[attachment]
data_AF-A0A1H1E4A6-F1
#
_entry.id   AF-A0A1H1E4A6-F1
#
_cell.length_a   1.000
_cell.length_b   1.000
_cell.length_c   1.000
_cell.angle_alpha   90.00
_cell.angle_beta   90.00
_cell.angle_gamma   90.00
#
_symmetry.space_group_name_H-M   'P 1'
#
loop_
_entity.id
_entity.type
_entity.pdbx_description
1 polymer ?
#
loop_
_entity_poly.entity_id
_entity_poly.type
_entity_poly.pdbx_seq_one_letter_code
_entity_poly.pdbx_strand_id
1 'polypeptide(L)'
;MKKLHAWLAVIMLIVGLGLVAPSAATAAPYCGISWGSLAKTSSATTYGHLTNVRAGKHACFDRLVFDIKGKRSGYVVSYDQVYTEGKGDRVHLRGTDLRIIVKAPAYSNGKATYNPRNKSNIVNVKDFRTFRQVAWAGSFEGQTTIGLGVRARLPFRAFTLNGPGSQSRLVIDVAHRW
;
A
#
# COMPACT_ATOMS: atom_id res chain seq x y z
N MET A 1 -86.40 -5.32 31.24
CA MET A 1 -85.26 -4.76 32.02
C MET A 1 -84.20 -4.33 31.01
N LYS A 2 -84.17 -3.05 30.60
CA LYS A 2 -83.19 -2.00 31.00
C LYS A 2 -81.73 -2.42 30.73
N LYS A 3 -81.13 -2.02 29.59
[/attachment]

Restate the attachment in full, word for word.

data_AF-A0A1H1E4A6-F1
#
_entry.id   AF-A0A1H1E4A6-F1
#
_cell.length_a   1.000
_cell.length_b   1.000
_cell.length_c   1.000
_cell.angle_alpha   90.00
_cell.angle_beta   90.00
_cell.angle_gamma   90.00
#
_symmetry.space_group_name_H-M   'P 1'
#
loop_
_entity.id
_entity.type
_entity.pdbx_description
1 polymer ?
#
loop_
_entity_poly.entity_id
_entity_poly.type
_entity_poly.pdbx_seq_one_letter_code
_entity_poly.pdbx_strand_id
1 'polypeptide(L)'
;MKKLHAWLAVIMLIVGLGLVAPSAATAAPYCGISWGSLAKTSSATTYGHLTNVRAGKHACFDRLVFDIKGKRSGYVVSYDQVYTEGKGDRVHLRGTDLRIIVKAPAYSNGKATYNPRNKSNIVNVKDFRTFRQVAWAGSFEGQTTIGLGVRARLPFRAFTLNGPGSQSRLVIDVAHRW
;
A
#
# COMPACT_ATOMS: atom_id res chain seq x y z
N MET A 1 -86.40 -5.32 31.24
CA MET A 1 -85.26 -4.76 32.02
C MET A 1 -84.20 -4.33 31.01
N LYS A 2 -84.17 -3.05 30.60
CA LYS A 2 -83.19 -2.00 31.00
C LYS A 2 -81.73 -2.42 30.73
N LYS A 3 -81.13 -2.02 29.59